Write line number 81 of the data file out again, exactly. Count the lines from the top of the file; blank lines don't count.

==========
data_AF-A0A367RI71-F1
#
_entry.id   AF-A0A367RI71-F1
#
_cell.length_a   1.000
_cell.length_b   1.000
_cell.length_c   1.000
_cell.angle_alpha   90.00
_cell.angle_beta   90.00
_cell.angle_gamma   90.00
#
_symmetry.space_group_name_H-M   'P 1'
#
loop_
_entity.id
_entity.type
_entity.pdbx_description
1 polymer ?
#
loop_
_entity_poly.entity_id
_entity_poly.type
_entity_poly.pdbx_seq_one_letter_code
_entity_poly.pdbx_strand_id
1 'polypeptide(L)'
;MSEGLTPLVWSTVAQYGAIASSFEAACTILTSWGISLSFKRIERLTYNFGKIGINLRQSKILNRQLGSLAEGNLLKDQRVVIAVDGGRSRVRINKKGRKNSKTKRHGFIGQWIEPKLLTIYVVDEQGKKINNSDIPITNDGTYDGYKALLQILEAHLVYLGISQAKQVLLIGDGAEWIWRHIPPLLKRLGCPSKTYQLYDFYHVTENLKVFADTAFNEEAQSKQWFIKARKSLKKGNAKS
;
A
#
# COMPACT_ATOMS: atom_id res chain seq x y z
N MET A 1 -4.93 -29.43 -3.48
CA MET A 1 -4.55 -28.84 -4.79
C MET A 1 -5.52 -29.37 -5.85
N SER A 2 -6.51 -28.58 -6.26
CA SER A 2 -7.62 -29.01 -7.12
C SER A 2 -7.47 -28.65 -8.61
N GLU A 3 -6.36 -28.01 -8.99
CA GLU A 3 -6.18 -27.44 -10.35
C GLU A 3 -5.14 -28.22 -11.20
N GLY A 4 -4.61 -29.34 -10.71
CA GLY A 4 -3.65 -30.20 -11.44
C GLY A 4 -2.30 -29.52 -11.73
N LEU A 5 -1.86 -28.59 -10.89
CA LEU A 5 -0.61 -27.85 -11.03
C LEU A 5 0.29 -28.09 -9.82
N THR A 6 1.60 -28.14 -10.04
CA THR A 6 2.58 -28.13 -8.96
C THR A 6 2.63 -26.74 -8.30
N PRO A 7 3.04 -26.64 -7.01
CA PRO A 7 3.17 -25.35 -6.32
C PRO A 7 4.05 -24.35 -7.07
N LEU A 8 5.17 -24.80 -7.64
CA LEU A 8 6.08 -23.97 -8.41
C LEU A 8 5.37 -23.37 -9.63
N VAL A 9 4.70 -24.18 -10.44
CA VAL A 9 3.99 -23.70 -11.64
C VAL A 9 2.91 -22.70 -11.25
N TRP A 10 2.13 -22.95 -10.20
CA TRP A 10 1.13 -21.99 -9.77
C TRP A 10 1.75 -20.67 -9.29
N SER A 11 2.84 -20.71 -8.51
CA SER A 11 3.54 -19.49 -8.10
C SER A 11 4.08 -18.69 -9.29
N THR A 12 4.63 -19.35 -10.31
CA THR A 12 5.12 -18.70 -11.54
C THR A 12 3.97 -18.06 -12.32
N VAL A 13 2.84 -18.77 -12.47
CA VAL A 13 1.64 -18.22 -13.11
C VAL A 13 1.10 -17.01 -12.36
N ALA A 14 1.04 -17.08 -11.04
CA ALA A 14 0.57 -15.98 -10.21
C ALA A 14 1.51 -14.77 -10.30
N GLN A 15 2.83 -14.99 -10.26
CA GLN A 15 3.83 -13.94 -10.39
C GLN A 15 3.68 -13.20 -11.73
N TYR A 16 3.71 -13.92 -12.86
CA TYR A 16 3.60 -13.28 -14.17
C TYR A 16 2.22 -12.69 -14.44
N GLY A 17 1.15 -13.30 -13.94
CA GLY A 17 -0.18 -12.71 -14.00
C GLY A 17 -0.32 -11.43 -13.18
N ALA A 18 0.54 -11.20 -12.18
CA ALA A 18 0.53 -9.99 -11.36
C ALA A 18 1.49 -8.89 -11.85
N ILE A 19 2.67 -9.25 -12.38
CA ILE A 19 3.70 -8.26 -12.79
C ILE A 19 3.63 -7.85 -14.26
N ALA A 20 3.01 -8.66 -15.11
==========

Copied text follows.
C GLY A 17 -0.32 -11.43 -13.18